If you were to ask me what keeps me awake at night, I would tell you it’s not how my five year old is doing in kindergarten. I would also tell you that I don’t lose sleep over how the Redskins played this year (although my husband probably does). What I do lose sleep over is how FPI is going to help support the industry with two of its toughest challenges: decreasing the amount of foodservice packaging that is littered and, perhaps at the same time, increasing the recovery of it.
You see, these challenges are both real and perceived threats to our industry. There are a number of folks who would have you believe that foodservice packaging is filling up our landfills, that it is destroying the natural beauty of our roads and waterways and threatening our wildlife. These are arguments often made by well-meaning legislators who push for passage of bans or mandates that restrict packaging in a foodservice operation. But what’s the real story?
When it comes to foodservice packaging in landfills, we can turn to the Environmental Protection Agency (EPA) for data. For decades, they have tracked the generation, recovery and disposal of a whole host of products and materials, including paper and plastic foodservice packaging. I love asking this question when I give presentations: “Any guesses what amount of our municipal solid waste that ends up in the landfill is foodservice packaging?” People often guess 25-30 percent. What’s the truth, according to the EPA? Roughly ONE percent! Since 2000, the number has fluctuated between 1.1 and 1.3 percent of total discards (that’s generation minus recovery, for you data crunchers out there). Admittedly, when FPI commissioned its own study on the topic, the number was slightly higher – about three percent – but our study was more comprehensive and included a broader array of products.
But, even one to three percent is too much, and FPI, through our Paper Recovery Alliance (PRA) and Plastics Recovery Group (PRG), is working to increase the recovery of foodservice packaging to keep these valuable materials out of landfills and give them a second life through recycling, composting and even energy recovery. I won’t go on and on about the PRA and PRG’s terrific work – Natha covers that work in this blog – but instead I will just point you to our Stewardship page if you’re interested.
When it comes to the challenge of litter and marine debris, there’s a similar story. If we look at data compiled by the experts at Keep America Beautiful (KAB), their research shows that fast food packaging (the greatest component of all foodservice packaging) contributes less than SIX percent to total litter. While some blame the sheer existence of the package itself, studies show that the top reason for litter is consumer behavior: consumers who intentionally drop that cigarette butt, beverage container, etc. on the ground instead of properly disposing of it in a trash, recycling or composting receptacle. By the way, back to the legislators for a moment… simply banning a product to reduce litter doesn’t do the trick. When San Francisco banned polystyrene foam a few years ago, the city determined that littering of these products decreased by over 30 percent, but paper foodservice packaging increased by the same amount! It’s not the package, it’s the person. If we have a better understanding of how foodservice packaging ends up as litter, perhaps we’ll be in a better position to help reduce it. FPI has already begun discussions with KAB as well as the EPA regarding the reduction of foodservice packaging that ends up as litter and marine debris; more on that later this year.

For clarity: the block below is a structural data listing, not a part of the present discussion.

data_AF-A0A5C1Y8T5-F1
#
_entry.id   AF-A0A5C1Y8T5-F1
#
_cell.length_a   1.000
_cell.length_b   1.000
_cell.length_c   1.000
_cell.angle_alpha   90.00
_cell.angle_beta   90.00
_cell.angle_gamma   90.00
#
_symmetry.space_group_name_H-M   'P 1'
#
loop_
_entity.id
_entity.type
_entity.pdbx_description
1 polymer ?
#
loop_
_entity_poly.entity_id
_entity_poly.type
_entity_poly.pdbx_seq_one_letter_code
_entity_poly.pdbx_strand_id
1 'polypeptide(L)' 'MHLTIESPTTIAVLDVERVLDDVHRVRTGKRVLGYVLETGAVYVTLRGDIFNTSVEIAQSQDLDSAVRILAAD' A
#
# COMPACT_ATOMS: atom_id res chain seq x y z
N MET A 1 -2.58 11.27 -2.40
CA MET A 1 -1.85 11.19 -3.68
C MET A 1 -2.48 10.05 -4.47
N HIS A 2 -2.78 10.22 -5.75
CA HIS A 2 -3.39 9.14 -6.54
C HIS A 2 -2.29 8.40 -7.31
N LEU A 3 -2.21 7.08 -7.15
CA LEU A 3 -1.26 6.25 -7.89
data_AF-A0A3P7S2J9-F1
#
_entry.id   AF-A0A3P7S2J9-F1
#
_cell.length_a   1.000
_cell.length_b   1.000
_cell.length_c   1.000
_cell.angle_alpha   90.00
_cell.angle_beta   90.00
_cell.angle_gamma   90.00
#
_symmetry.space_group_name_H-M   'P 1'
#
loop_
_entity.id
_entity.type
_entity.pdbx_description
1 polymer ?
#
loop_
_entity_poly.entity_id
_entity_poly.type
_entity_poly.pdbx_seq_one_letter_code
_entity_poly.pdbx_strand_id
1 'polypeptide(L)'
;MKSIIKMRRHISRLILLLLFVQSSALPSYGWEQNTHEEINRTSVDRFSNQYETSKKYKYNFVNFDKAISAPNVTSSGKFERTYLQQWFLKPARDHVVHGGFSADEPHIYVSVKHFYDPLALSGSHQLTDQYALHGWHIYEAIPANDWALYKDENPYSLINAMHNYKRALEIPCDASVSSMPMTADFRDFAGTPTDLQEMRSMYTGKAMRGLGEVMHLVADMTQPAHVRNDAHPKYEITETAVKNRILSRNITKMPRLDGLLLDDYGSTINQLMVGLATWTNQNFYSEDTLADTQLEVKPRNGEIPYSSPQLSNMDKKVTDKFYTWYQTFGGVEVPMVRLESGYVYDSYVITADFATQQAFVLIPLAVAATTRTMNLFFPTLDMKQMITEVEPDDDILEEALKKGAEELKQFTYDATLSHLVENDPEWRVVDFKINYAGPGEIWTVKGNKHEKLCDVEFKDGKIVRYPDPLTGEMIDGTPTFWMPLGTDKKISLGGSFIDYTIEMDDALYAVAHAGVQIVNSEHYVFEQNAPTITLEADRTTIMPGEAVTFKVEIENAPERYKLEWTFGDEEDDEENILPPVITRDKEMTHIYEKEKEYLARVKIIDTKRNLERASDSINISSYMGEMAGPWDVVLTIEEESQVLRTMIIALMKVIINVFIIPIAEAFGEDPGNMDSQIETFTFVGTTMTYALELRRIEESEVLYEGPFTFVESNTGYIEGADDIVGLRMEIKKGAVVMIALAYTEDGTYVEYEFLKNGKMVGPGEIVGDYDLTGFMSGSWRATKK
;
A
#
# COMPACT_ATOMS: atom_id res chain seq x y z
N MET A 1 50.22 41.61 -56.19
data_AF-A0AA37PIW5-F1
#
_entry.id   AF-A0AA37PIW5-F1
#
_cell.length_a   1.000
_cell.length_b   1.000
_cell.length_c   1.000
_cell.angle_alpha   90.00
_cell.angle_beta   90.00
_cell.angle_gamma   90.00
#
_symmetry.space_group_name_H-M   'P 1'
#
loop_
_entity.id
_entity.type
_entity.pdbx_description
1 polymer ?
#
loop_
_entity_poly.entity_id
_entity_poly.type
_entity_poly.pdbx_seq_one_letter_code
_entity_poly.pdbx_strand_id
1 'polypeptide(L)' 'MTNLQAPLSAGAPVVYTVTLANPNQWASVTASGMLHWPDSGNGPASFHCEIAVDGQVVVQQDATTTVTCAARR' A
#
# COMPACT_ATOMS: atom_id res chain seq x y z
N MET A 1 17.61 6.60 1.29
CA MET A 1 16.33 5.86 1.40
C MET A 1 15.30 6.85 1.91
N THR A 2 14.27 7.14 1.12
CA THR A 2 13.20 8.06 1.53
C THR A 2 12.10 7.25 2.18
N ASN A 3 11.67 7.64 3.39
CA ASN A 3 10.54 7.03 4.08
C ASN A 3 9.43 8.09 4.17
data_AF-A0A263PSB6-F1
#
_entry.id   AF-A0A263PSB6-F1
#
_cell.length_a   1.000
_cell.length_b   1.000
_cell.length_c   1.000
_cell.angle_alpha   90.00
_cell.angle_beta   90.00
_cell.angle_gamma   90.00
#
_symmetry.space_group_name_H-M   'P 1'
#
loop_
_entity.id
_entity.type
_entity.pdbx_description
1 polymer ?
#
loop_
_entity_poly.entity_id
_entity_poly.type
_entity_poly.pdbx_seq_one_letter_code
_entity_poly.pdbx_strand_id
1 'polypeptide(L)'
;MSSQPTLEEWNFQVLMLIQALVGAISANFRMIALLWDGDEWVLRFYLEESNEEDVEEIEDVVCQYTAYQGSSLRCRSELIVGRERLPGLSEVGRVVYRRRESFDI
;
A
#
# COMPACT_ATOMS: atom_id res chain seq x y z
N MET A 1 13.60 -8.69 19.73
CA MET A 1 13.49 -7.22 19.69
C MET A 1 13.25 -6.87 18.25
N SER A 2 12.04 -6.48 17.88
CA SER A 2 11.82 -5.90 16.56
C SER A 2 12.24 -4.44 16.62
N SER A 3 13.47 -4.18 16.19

These are real challenges that our industry faces, but I hope you now know that they are often based on misperceptions. We have our work cut out for us in 2014 (and beyond), but I am confident that together we will make progress – and that I’ll get a better night’s sleep soon.
Posted By Lynn M. Dyer (President) | 1/7/2014 8:56:27 AM